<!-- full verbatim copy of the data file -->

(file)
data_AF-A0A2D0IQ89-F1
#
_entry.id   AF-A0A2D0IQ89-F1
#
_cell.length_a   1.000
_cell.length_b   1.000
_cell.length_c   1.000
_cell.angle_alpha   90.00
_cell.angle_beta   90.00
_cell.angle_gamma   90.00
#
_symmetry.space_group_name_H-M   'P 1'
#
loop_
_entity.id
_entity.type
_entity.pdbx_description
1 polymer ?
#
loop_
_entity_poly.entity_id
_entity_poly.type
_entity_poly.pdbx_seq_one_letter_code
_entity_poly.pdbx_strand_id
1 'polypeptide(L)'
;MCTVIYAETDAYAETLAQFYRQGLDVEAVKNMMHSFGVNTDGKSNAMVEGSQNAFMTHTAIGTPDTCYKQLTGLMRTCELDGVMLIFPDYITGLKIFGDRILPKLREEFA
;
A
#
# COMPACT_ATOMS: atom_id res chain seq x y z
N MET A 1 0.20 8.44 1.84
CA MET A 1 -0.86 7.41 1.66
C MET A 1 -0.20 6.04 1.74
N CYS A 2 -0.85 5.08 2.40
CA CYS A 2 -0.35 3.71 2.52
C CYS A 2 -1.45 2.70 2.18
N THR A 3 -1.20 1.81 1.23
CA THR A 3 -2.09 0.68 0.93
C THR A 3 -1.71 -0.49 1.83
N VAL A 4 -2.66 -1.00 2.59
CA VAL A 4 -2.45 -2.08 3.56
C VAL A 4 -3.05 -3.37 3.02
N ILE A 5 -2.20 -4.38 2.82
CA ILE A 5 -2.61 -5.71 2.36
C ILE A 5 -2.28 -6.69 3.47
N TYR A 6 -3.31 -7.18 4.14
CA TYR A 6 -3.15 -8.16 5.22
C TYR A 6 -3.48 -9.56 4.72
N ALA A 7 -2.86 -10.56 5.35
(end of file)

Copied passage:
data_AF-A0A2D0IQ89-F1
#
_entry.id   AF-A0A2D0IQ89-F1
#
_cell.length_a   1.000
_cell.length_b   1.000
_cell.length_c   1.000
_cell.angle_alpha   90.00
_cell.angle_beta   90.00
_cell.angle_gamma   90.00
#
_symmetry.space_group_name_H-M   'P 1'
#
loop_
_entity.id
_entity.type
_entity.pdbx_description
1 polymer ?
#
loop_
_entity_poly.entity_id
_entity_poly.type
_entity_poly.pdbx_seq_one_letter_code
_entity_poly.pdbx_strand_id
1 'polypeptide(L)'
;MCTVIYAETDAYAETLAQFYRQGLDVEAVKNMMHSFGVNTDGKSNAMVEGSQNAFMTHTAIGTPDTCYKQLTGLMRTCELDGVMLIFPDYITGLKIFGDRILPKLREEFA
;
A
#
# COMPACT_ATOMS: atom_id res chain seq x y z
N MET A 1 0.20 8.44 1.84
CA MET A 1 -0.86 7.41 1.66
C MET A 1 -0.20 6.04 1.74
N CYS A 2 -0.85 5.08 2.40
CA CYS A 2 -0.35 3.71 2.52
C CYS A 2 -1.45 2.70 2.18
N THR A 3 -1.20 1.81 1.23
CA THR A 3 -2.09 0.68 0.93
C THR A 3 -1.71 -0.49 1.83
N VAL A 4 -2.66 -1.00 2.59
CA VAL A 4 -2.45 -2.08 3.56
C VAL A 4 -3.05 -3.37 3.02
N ILE A 5 -2.20 -4.38 2.82
CA ILE A 5 -2.61 -5.71 2.36
C ILE A 5 -2.28 -6.69 3.47
N TYR A 6 -3.31 -7.18 4.14
CA TYR A 6 -3.15 -8.16 5.22
C TYR A 6 -3.48 -9.56 4.72
N ALA A 7 -2.86 -10.56 5.35